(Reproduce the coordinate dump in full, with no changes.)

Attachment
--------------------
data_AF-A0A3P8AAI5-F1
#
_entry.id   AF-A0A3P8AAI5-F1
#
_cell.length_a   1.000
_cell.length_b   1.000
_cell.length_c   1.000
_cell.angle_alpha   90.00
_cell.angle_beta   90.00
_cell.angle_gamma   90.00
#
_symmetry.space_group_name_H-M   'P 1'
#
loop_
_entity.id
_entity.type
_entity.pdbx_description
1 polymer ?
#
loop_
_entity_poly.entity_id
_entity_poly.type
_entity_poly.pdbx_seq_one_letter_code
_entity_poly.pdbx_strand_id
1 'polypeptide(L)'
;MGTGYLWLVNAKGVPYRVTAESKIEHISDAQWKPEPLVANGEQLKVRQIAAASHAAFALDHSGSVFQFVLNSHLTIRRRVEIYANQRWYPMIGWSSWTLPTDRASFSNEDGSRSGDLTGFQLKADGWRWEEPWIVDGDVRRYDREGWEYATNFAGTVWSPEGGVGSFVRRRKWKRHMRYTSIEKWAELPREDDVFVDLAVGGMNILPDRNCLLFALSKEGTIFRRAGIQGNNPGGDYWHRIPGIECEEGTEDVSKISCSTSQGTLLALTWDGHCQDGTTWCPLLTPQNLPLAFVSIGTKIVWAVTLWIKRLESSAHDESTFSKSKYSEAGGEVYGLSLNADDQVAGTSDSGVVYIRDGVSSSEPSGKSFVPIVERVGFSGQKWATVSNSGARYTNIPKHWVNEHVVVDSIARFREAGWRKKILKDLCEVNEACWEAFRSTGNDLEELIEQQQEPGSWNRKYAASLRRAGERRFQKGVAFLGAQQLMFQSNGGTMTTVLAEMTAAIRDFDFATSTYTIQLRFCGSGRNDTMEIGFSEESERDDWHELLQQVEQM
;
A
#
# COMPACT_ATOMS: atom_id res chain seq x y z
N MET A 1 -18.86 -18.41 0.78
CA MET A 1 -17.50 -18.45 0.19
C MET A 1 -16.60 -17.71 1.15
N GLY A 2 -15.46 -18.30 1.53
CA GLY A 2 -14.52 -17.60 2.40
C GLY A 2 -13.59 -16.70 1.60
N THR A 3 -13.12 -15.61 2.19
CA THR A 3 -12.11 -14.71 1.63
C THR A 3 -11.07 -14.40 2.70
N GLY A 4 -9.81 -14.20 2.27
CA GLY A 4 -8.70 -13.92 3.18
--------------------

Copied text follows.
data_AF-A0A3P8AAI5-F1
#
_entry.id   AF-A0A3P8AAI5-F1
#
_cell.length_a   1.000
_cell.length_b   1.000
_cell.length_c   1.000
_cell.angle_alpha   90.00
_cell.angle_beta   90.00
_cell.angle_gamma   90.00
#
_symmetry.space_group_name_H-M   'P 1'
#
loop_
_entity.id
_entity.type
_entity.pdbx_description
1 polymer ?
#
loop_
_entity_poly.entity_id
_entity_poly.type
_entity_poly.pdbx_seq_one_letter_code
_entity_poly.pdbx_strand_id
1 'polypeptide(L)'
;MGTGYLWLVNAKGVPYRVTAESKIEHISDAQWKPEPLVANGEQLKVRQIAAASHAAFALDHSGSVFQFVLNSHLTIRRRVEIYANQRWYPMIGWSSWTLPTDRASFSNEDGSRSGDLTGFQLKADGWRWEEPWIVDGDVRRYDREGWEYATNFAGTVWSPEGGVGSFVRRRKWKRHMRYTSIEKWAELPREDDVFVDLAVGGMNILPDRNCLLFALSKEGTIFRRAGIQGNNPGGDYWHRIPGIECEEGTEDVSKISCSTSQGTLLALTWDGHCQDGTTWCPLLTPQNLPLAFVSIGTKIVWAVTLWIKRLESSAHDESTFSKSKYSEAGGEVYGLSLNADDQVAGTSDSGVVYIRDGVSSSEPSGKSFVPIVERVGFSGQKWATVSNSGARYTNIPKHWVNEHVVVDSIARFREAGWRKKILKDLCEVNEACWEAFRSTGNDLEELIEQQQEPGSWNRKYAASLRRAGERRFQKGVAFLGAQQLMFQSNGGTMTTVLAEMTAAIRDFDFATSTYTIQLRFCGSGRNDTMEIGFSEESERDDWHELLQQVEQM
;
A
#
# COMPACT_ATOMS: atom_id res chain seq x y z
N MET A 1 -18.86 -18.41 0.78
CA MET A 1 -17.50 -18.45 0.19
C MET A 1 -16.60 -17.71 1.15
N GLY A 2 -15.46 -18.30 1.53
CA GLY A 2 -14.52 -17.60 2.40
C GLY A 2 -13.59 -16.70 1.60
N THR A 3 -13.12 -15.61 2.19
CA THR A 3 -12.11 -14.71 1.63
C THR A 3 -11.07 -14.40 2.70
N GLY A 4 -9.81 -14.20 2.27
CA GLY A 4 -8.70 -13.92 3.18